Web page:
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Since January 2008 I have been ever so fortunate to work for Middlesbrough Council as a casual museum assistant, education assistant and gallery assistant at the Dorman Museum, Captain Cook Birthplace Museum and Middlesbrough Institute of Modern Art. It has been one of those rare jobs to marry both my enthusiasms, abilities and need for encouragement. With excellent managers at those venues I have been able to grow my experience, dabble in different areas of my passion for history and help wherever I could. One of my most regular duties is covering lunch at the Museums shops and today at the Dorman Museum we had a visitor I thought I would tell you about.

One of our venerable elder gentlemen from the community had been on one of his regular walks through the fantastic Albert Park beside the Dorman Museum recently when he had stumbled across a dull coin sticking out of the ground. On closer inspection, holding it to the light, it turned out to be a Penny coin from the reign of Queen Victoria and minted in 1898. This was of interest to the man as he had recently read an article on the spectacular fountain in the center of Albert Park which he thought had been presented in 1898. After getting home I’ve since found that it was actually presented in 1869 by Joseph Pease but that does not undermine the coins discovery at all.

Whilst it may not be linked to the fountain, the coins discovery beside a tree and lack of damage suggests that it had indeed been planted with the tree over a century ago. Sitting there under the ground, unchanging whilst all around changed with the decades, the two world wars, the refurbishment of the park. Completely undisturbed until the roots of the tree it had been buried with finally pushed it up out of the dirt. It is a rather nice potential narrative of the coin and one that ties it to the local history of the area. Someone buried that coin for a reason, maybe for luck, maybe for remembrance.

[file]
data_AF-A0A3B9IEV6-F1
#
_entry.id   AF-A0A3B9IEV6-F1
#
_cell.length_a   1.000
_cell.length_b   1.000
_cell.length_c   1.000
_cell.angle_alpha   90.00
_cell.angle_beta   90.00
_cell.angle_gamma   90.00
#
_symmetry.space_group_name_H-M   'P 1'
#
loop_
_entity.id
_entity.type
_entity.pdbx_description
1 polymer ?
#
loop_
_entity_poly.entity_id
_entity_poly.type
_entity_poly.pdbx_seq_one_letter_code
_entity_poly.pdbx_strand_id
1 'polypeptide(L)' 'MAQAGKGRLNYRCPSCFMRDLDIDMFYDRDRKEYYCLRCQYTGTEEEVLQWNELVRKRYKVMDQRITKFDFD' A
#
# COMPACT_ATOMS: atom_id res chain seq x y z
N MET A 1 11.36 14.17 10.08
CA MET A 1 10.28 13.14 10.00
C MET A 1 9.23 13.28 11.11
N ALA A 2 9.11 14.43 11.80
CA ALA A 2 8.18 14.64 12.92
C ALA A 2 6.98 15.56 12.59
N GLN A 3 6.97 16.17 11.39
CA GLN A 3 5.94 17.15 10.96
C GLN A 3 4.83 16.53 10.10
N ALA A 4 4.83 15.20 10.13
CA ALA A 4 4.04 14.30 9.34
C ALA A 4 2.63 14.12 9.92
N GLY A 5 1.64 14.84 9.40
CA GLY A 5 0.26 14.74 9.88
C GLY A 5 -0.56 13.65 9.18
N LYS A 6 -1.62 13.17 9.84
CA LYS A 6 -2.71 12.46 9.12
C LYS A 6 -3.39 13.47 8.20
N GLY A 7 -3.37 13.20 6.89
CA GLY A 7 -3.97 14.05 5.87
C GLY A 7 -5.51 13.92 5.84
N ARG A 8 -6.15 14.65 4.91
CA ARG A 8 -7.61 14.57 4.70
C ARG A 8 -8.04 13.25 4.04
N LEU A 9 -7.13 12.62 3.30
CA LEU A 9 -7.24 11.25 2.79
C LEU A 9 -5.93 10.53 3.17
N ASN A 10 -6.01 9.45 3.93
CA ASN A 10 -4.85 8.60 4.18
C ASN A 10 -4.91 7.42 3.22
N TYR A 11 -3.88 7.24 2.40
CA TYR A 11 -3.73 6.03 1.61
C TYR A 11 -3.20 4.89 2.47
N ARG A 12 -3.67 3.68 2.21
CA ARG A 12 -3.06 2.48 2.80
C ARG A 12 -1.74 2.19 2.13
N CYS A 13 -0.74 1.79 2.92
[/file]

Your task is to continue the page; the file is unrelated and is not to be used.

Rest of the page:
The supposed burial of the coin, if it indeed happened shortly after it went into circulation will have coincided closely with Queen Victoria’s Diamond jubilee, the Empress of India had been on the throne for sixty years and had surpassed George III as the longest reigning British monarch in 1896.  A possible alternative is that the coin was buried under a tree after the death of Victoria in January 1901. Whatever the reasoning, the coin laid undisturbed for at least a century, a suitable tribute befitting a monarch of such longevity. It has now been kindly donated to the Dorman Museum by the gentleman, which will make a decision on whether to keep it in their collections.

Do you have any memories of Albert Park you would like to share in the comments below?

And if you have not been to Albert Park in recent years, take advantage of this good weather and go enjoy an afternoon there now!

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Late last week I informed readers that I worked the fancy boots opening talk by artist Anish Kapoor and engineer Cecil Balmond at the MIMA for their new sculpture called TENEMOS.

I promised I would provide a few photographs for you all to see what the great hubbub was about. After I finished teaching on Monday the weather was so wonderful I decided to take a walk around Middlehaven and snap a few photographs and take a little video. Tenemos looks big from a distance, and its scale is rather overwhelming when you get under it and look up. Just as the Angel of the North has been accepted, I think this might after a period of scepticism by the locals. It is certainly a structure that needs to be experienced and not just judged on a few photo’s. So pop along and take some time to consider it.

Note: video was too large to upload on blackberry. Will add it when I have internet access from computer